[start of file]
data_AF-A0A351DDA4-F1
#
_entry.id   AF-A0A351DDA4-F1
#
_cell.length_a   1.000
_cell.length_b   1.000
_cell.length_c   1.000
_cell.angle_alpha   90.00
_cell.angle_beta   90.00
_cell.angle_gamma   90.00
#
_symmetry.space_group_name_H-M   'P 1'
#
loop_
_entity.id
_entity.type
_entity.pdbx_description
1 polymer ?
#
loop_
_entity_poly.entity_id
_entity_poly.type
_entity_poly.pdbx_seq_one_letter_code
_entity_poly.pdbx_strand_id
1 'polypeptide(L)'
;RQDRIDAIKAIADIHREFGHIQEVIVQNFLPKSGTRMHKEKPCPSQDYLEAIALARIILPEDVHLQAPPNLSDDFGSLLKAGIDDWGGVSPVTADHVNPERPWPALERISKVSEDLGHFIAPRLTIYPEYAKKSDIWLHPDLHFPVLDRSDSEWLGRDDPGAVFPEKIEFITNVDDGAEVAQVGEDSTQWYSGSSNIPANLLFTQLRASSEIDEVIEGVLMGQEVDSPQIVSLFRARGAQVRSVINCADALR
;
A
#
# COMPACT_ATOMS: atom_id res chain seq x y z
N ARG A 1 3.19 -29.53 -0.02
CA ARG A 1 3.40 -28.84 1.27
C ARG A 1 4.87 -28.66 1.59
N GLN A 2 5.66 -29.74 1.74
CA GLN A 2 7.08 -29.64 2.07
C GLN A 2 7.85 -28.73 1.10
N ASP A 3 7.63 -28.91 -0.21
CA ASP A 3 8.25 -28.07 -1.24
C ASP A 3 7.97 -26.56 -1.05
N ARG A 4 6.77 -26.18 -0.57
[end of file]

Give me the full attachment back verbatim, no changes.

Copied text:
data_AF-A0A351DDA4-F1
#
_entry.id   AF-A0A351DDA4-F1
#
_cell.length_a   1.000
_cell.length_b   1.000
_cell.length_c   1.000
_cell.angle_alpha   90.00
_cell.angle_beta   90.00
_cell.angle_gamma   90.00
#
_symmetry.space_group_name_H-M   'P 1'
#
loop_
_entity.id
_entity.type
_entity.pdbx_description
1 polymer ?
#
loop_
_entity_poly.entity_id
_entity_poly.type
_entity_poly.pdbx_seq_one_letter_code
_entity_poly.pdbx_strand_id
1 'polypeptide(L)'
;RQDRIDAIKAIADIHREFGHIQEVIVQNFLPKSGTRMHKEKPCPSQDYLEAIALARIILPEDVHLQAPPNLSDDFGSLLKAGIDDWGGVSPVTADHVNPERPWPALERISKVSEDLGHFIAPRLTIYPEYAKKSDIWLHPDLHFPVLDRSDSEWLGRDDPGAVFPEKIEFITNVDDGAEVAQVGEDSTQWYSGSSNIPANLLFTQLRASSEIDEVIEGVLMGQEVDSPQIVSLFRARGAQVRSVINCADALR
;
A
#
# COMPACT_ATOMS: atom_id res chain seq x y z
N ARG A 1 3.19 -29.53 -0.02
CA ARG A 1 3.40 -28.84 1.27
C ARG A 1 4.87 -28.66 1.59
N GLN A 2 5.66 -29.74 1.74
CA GLN A 2 7.08 -29.64 2.07
C GLN A 2 7.85 -28.73 1.10
N ASP A 3 7.63 -28.91 -0.21
CA ASP A 3 8.25 -28.07 -1.24
C ASP A 3 7.97 -26.56 -1.05
N ARG A 4 6.77 -26.18 -0.57